New Year’s is my favorite holiday – no religious connotations, no presents to buy, no decorations to put up. Just a big party, cocktails, friends, and a fresh start. I like making resolutions, too. I don’t usually make boring resolutions that are hard to enforce like “lose weight” or “spend less money,” but broader goals or themes, like “don’t let the bastards grind me down” (in grad school, 2003) or “Things can only get better” (2010, after a spectacularly horrible 2009). This year, my theme is one that will last for the next three years. This year, I will turn 37, which means 40 is approaching rather quickly – and, as for many people, it also means that I am starting to run out of time. No, I am not talking about having children. I am talking about Being Awesome.

You see, I have always envisioned my 40s as a truly awesome decade. In my 40s, I will be who it is I have been trying to become. I will have my shit together. I will be confident and competent and accomplished and will take shit from no one. Some, like my husband, might say that I am that way already. Perhaps that image is the one I project, but it is not the way I feel inside. In order to Be Awesome, I believe one has to feel awesome inside as well.

I don’t want to suffer from impostor syndrome when I am 40. I don’t want to be insecure and constantly seek approval. I don’t want to feel like a little kid playing at being a grownup when I am 40. I don’t want to be afraid of failure, or take criticism badly.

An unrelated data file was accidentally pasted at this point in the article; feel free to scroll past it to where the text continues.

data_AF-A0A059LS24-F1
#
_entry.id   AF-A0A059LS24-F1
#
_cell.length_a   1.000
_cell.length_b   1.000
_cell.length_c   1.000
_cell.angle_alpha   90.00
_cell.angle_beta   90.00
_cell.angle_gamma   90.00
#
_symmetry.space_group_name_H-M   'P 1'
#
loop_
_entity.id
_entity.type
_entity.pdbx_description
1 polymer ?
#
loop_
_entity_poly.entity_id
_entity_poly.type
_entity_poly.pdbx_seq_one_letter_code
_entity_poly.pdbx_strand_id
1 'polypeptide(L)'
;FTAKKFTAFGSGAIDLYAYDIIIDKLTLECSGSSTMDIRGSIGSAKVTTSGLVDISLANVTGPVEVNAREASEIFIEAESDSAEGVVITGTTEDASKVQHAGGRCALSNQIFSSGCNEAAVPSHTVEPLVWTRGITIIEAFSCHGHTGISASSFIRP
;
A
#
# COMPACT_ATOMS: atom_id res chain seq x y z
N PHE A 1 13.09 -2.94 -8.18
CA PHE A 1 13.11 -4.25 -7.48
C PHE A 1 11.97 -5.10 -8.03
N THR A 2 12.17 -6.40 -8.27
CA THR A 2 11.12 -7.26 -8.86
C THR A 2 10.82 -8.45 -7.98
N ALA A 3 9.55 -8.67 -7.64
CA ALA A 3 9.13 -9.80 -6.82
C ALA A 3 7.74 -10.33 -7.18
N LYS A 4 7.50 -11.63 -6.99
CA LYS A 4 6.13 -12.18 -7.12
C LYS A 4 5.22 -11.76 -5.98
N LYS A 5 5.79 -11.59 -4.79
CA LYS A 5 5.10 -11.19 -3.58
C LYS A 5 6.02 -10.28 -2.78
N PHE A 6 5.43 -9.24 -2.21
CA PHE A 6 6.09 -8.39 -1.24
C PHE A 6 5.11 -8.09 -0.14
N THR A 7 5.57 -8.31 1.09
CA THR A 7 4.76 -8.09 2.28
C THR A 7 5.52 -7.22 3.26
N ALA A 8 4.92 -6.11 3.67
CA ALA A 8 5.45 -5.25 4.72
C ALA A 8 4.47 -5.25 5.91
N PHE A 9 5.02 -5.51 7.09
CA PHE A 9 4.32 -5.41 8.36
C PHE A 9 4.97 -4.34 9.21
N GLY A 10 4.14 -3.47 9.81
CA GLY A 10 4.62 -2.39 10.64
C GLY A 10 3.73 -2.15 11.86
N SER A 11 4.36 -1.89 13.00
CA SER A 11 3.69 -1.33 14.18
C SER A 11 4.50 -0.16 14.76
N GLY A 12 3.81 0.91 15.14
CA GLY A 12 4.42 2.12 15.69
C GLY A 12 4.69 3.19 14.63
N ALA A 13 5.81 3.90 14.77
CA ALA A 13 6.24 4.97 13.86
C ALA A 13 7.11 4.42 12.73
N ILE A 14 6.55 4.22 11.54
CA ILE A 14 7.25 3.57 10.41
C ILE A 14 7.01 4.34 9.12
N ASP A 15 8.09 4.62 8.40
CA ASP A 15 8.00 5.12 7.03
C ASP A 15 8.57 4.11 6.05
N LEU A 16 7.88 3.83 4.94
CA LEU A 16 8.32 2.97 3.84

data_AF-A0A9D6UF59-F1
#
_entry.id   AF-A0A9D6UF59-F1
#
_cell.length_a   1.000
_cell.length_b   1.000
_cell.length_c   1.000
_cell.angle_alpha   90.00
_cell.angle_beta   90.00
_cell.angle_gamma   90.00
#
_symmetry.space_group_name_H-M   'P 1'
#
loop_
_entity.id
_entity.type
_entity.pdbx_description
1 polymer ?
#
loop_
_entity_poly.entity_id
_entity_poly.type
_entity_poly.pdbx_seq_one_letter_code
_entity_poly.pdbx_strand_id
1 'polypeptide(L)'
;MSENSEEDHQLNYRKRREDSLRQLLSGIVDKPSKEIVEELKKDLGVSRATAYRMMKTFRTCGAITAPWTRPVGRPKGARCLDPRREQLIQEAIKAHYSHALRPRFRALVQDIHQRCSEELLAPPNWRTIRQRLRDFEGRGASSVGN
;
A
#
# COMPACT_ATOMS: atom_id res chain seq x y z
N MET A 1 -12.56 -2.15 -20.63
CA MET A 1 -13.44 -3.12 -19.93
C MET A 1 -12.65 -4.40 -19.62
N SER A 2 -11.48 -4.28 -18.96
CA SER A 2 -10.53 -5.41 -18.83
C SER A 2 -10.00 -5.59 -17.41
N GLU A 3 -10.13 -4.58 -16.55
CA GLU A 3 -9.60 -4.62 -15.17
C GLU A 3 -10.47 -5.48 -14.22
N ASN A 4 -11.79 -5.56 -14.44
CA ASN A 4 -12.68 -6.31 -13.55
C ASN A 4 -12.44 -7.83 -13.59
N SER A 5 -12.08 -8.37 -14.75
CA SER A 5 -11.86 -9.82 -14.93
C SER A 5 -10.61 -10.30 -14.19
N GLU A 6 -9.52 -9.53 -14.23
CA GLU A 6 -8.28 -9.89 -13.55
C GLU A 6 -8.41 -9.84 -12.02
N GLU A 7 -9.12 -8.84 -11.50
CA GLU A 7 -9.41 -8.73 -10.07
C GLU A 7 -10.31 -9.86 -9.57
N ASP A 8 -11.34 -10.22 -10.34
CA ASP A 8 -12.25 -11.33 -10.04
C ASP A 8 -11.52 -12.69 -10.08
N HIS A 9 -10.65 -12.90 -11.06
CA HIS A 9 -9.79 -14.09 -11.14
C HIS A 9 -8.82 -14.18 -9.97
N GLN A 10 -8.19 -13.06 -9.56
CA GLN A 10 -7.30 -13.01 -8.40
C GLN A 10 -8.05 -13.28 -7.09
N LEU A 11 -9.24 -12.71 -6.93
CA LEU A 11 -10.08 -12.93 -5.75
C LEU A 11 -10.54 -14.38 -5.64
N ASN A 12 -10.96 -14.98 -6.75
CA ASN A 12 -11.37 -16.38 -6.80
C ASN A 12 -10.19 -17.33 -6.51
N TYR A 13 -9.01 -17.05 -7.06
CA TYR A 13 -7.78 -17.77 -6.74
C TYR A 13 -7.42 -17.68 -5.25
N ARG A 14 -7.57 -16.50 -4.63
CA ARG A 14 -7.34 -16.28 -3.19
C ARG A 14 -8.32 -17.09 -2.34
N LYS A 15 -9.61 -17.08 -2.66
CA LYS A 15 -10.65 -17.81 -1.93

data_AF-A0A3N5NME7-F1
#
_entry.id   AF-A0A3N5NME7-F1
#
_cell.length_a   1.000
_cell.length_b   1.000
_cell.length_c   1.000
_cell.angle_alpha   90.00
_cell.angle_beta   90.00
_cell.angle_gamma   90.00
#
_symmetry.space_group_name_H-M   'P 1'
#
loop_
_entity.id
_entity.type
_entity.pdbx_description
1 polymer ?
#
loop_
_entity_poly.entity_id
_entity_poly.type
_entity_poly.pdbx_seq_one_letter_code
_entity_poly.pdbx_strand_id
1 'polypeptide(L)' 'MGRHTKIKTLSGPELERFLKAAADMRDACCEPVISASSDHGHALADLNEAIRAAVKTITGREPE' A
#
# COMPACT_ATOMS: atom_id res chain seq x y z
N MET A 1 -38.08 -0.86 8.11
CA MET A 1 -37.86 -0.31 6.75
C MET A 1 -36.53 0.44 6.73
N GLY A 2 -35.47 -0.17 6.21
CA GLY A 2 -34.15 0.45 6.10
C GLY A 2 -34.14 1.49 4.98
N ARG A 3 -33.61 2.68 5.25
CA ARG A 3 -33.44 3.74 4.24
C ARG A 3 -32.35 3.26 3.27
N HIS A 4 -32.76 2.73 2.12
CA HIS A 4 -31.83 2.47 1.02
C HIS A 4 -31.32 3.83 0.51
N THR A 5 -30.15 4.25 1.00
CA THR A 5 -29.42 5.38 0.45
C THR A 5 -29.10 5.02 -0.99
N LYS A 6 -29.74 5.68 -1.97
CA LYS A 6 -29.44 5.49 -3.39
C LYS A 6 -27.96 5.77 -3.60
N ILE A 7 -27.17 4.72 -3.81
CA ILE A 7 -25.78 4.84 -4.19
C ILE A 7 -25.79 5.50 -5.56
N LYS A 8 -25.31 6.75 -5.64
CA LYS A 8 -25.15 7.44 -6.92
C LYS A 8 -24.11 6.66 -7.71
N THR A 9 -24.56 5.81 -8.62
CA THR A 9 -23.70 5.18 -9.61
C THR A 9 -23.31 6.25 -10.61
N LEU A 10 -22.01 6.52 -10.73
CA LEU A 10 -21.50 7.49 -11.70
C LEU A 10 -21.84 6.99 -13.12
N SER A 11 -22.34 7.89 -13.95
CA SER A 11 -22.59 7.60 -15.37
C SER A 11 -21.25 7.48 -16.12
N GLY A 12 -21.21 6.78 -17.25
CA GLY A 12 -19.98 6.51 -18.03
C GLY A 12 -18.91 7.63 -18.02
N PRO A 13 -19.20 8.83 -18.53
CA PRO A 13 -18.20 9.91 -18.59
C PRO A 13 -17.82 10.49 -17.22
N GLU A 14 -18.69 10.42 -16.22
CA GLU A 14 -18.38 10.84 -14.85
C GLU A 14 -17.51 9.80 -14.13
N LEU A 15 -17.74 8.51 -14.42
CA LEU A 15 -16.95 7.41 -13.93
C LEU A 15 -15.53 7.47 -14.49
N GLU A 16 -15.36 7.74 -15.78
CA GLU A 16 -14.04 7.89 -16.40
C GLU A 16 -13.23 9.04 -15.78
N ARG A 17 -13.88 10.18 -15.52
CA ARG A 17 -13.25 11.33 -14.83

For the next three years, then, I will start Becoming the 40-Year-Old Woman I Want to Be. I am not sure exactly what this change will entail – probably a shift in perspective, a modification to my usual negative thoughts, better posture, maybe a few lifestyle changes, definitely some new shoes. When faced with a problem, I will say to myself, “How would the 40-year-old me handle this?” and I will do that. If all goes well, then when my 40th birthday does roll around, I won’t have the same thought I had when I turned 30: “I thought I’d be better than this by now.”


9 Comments on “2011”

  1. Katie says:

    As I’ve always thought you were awesome, I’ll simply toast to even more awesomeness in 2011. And I fully approve of the shoe component!

  2. Mandy says:

    This post is inspiring to me! “I don’t want to suffer from impostor syndrome when I am 40. I don’t want to be insecure and constantly seek approval. I don’t want to feel like a little kid playing at being a grownup when I am 40. I don’t want to be afraid of failure, or take criticism badly.” = Brilliant. I completely agree.

    I also like the idea that you’re viewing this as a gradual process. You’re not trying to get to this point overnight. I think major adjustments of viewing yourself differently take time. I want to work on this, too.

    Other people DO see you as already awesome, though! I do!

  3. Belle says:

    Good for you! Go for it. I don’t remember when I started feeling good about myself, but I can assure you it wasn’t by 40!

  4. Melalvai says:

    I just found your blog from the Postdoc Forum. I’m the same age and also chose not to go with tenure track. I’ll be reading more!

  5. Leslie M-B says:

    Mandy took the words right out of my mouth.

    This post, and the sentiments expressed in it, are all kinds of awesome. (As are you, already.)

  6. Rebecca says:

    I certainly understand about not wanting to suffer from impostor syndrome by the time you’re forty. But I wouldn’t be surprised if that might be a more a matter of a perspective change than anything else.